On some of the latest generation cameras, the IR intensity is automatically adjusted to provide the appropriate level of IR light depending on the zoom ratio, while some ‘Flateye’ cameras have a flat surface cover which is applied to the front of the lens instead of the dome cover. This reduces IR diffused reflection which is caused by moisture and, in the absence of a normal transparent dome cover, also removes the effect scratches can have on image clarity.

Specification issues

There isn’t a single answer to the difficulties presented by low-light environments, but with the right advice, designing a video surveillance solution to cope with the challenge should not be a difficult task.

Uri Guterman

Uri Guterman

A combination of high resolution and low sensitivity is vital, but it’s also important that the cameras have performance-enhancing features and functions, such as Wide Dynamic Range, Automatic Gain Control and Sense-Up. The lenses used must also be able to match the performance of the cameras, thereby imparting as much light as possible to the image sensor.

Obviously, it makes sense for end users and their installers/integrators to work with a manufacturer that’s prepared to back its confidence in its own low-light cameras by being prepared to carry out a live on-site demonstration.

It’s certainly worth taking the time to research various options so that you don’t suffer from ‘buyers’ remorse’ by making a hasty decision.

There’s no shortage of cameras to choose from in this day and age, but those available can be ‘filtered’ by seeking advice from a systems integrator or the technical department of the distributor from whom they source the cameras.

Uri Guterman is Head of Product and Marketing at Hanwha Techwin Europe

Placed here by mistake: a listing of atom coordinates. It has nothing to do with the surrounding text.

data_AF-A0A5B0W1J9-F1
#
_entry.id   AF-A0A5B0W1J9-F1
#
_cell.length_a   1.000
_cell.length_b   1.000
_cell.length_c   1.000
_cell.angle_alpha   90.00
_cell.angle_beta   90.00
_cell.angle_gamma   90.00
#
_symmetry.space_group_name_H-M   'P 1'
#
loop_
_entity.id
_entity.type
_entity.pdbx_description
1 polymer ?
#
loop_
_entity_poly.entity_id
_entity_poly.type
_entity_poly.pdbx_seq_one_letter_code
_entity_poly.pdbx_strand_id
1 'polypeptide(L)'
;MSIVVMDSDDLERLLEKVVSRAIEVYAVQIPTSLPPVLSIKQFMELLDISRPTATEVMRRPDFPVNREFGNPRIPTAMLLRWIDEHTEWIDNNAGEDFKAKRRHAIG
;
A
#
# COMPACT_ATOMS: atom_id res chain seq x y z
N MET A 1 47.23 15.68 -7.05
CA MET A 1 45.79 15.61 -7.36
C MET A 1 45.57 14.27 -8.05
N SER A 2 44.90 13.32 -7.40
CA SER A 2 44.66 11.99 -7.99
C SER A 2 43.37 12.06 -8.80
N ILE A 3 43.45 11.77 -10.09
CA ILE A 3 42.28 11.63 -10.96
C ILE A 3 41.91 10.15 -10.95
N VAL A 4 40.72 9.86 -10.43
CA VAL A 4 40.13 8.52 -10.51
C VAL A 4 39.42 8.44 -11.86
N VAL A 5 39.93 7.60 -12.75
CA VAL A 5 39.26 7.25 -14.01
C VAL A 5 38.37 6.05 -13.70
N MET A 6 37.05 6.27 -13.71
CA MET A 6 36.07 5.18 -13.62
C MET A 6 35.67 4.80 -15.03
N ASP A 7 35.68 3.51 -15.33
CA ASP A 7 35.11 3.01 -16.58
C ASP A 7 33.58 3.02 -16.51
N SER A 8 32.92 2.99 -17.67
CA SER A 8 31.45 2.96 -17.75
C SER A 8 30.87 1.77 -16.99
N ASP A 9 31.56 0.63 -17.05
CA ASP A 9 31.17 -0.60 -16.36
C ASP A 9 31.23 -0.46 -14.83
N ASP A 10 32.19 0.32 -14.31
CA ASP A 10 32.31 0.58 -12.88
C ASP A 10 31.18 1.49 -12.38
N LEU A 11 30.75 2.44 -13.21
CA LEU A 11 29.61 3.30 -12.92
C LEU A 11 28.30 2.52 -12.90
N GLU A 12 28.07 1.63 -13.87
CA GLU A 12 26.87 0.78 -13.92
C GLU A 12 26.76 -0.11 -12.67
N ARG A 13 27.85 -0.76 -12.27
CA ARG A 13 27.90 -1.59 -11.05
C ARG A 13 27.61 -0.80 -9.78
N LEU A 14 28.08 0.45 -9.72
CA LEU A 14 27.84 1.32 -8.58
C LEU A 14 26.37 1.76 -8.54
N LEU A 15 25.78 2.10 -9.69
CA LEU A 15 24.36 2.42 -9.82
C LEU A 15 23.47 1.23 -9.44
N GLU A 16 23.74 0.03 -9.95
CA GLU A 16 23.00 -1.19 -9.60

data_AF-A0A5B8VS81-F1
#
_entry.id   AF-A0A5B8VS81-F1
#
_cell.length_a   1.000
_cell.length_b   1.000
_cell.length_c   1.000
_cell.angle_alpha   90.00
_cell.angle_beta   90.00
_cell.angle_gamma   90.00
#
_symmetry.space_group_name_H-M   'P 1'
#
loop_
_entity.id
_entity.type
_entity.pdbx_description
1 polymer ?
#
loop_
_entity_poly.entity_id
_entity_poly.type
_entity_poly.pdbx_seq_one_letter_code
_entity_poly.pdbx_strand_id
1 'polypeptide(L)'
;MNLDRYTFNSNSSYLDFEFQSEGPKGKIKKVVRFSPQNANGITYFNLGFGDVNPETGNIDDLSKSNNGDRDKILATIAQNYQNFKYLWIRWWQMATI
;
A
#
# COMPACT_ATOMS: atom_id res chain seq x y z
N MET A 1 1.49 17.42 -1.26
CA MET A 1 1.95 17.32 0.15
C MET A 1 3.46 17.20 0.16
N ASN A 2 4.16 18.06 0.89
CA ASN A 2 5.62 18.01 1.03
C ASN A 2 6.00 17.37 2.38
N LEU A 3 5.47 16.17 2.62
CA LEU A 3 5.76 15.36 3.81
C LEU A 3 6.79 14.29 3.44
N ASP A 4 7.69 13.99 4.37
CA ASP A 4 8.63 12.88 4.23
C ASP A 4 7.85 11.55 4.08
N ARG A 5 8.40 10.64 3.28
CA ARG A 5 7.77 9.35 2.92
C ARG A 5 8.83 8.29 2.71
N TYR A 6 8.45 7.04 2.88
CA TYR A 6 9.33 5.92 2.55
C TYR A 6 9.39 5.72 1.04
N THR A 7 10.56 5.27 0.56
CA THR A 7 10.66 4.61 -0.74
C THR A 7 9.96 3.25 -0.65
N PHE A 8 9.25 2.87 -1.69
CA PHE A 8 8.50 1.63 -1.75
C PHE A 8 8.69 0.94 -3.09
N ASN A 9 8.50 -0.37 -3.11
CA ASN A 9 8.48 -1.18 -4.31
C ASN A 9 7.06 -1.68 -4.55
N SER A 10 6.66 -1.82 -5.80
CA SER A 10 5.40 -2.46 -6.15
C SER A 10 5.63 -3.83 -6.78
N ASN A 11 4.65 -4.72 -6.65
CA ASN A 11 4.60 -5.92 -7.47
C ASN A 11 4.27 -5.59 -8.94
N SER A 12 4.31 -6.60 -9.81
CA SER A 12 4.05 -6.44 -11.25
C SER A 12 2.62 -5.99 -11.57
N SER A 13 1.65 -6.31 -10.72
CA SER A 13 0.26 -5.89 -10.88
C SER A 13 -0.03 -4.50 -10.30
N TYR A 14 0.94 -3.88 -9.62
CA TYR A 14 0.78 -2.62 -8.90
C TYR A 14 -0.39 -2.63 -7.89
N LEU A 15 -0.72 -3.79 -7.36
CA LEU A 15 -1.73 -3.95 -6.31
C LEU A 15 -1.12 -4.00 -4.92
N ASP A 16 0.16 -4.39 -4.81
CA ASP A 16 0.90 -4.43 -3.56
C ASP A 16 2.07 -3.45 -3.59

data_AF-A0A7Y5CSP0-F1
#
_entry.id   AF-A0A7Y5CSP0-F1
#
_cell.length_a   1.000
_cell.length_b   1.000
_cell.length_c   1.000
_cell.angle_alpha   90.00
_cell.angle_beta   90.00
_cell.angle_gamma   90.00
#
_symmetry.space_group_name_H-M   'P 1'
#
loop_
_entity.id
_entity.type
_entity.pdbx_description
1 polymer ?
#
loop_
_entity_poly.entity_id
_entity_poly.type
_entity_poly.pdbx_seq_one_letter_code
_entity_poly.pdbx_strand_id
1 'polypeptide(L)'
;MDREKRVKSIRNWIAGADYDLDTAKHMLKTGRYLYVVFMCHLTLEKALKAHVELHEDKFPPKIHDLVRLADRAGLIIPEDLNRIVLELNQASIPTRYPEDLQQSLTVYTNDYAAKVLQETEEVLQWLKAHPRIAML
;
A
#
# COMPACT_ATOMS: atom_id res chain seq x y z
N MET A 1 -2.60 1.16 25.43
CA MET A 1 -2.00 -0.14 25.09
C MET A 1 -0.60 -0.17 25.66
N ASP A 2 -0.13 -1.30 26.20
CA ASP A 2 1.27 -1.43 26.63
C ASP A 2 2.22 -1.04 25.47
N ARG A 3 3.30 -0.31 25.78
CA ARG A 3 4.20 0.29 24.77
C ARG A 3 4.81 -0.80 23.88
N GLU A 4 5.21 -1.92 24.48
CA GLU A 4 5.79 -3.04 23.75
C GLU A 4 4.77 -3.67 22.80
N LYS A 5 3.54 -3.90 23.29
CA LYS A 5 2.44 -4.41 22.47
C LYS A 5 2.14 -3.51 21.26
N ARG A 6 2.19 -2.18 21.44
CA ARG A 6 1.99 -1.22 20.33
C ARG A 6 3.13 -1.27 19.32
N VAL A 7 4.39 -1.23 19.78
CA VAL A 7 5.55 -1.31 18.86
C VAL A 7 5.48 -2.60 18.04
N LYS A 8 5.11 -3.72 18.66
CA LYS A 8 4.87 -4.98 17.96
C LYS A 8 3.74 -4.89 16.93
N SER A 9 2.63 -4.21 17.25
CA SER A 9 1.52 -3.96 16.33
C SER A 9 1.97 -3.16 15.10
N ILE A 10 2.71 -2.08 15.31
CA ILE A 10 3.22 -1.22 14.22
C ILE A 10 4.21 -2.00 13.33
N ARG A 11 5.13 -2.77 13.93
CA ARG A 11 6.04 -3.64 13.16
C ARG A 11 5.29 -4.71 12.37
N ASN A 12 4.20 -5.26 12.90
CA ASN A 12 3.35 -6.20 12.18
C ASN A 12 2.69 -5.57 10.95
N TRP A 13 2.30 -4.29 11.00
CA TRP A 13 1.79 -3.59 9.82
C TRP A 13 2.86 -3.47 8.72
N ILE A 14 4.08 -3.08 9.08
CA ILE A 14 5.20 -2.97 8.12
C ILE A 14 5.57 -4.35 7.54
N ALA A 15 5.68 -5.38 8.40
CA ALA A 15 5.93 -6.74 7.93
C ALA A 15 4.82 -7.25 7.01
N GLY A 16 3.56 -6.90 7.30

About the Author
Brian Sims BA (Hons) Hon FSyI, Editor, Risk UK (Pro-Activ Publications) Beginning his career in professional journalism at The Builder Group in March 1992, Brian was appointed Editor of Security Management Today in November 2000 having spent eight years in engineering journalism across two titles: Building Services Journal and Light & Lighting. In 2005, Brian received the BSIA Chairman’s Award for Promoting The Security Industry and, a year later, the Skills for Security Special Award for an Outstanding Contribution to the Security Business Sector. In 2008, Brian was The Security Institute’s nomination for the Association of Security Consultants’ highly prestigious Imbert Prize and, in 2013, was a nominated finalist for the Institute's George van Schalkwyk Award. An Honorary Fellow of The Security Institute, Brian serves as a Judge for the BSIA’s Security Personnel of the Year Awards and the Securitas Good Customer Award. Between 2008 and 2014, Brian pioneered the use of digital media across the security sector, including webinars and Audio Shows. Brian’s actively involved in 50-plus security groups on LinkedIn and hosts the popular Risk UK Twitter site. Brian is a frequent speaker on the conference circuit. He has organised and chaired conference programmes for both IFSEC International and ASIS International and has been published in the national media. Brian was appointed Editor of Risk UK at Pro-Activ Publications in July 2014 and as Editor of The Paper (Pro-Activ Publications' dedicated business newspaper for security professionals) in September 2015. Brian was appointed Editor of Risk Xtra at Pro-Activ Publications in May 2018.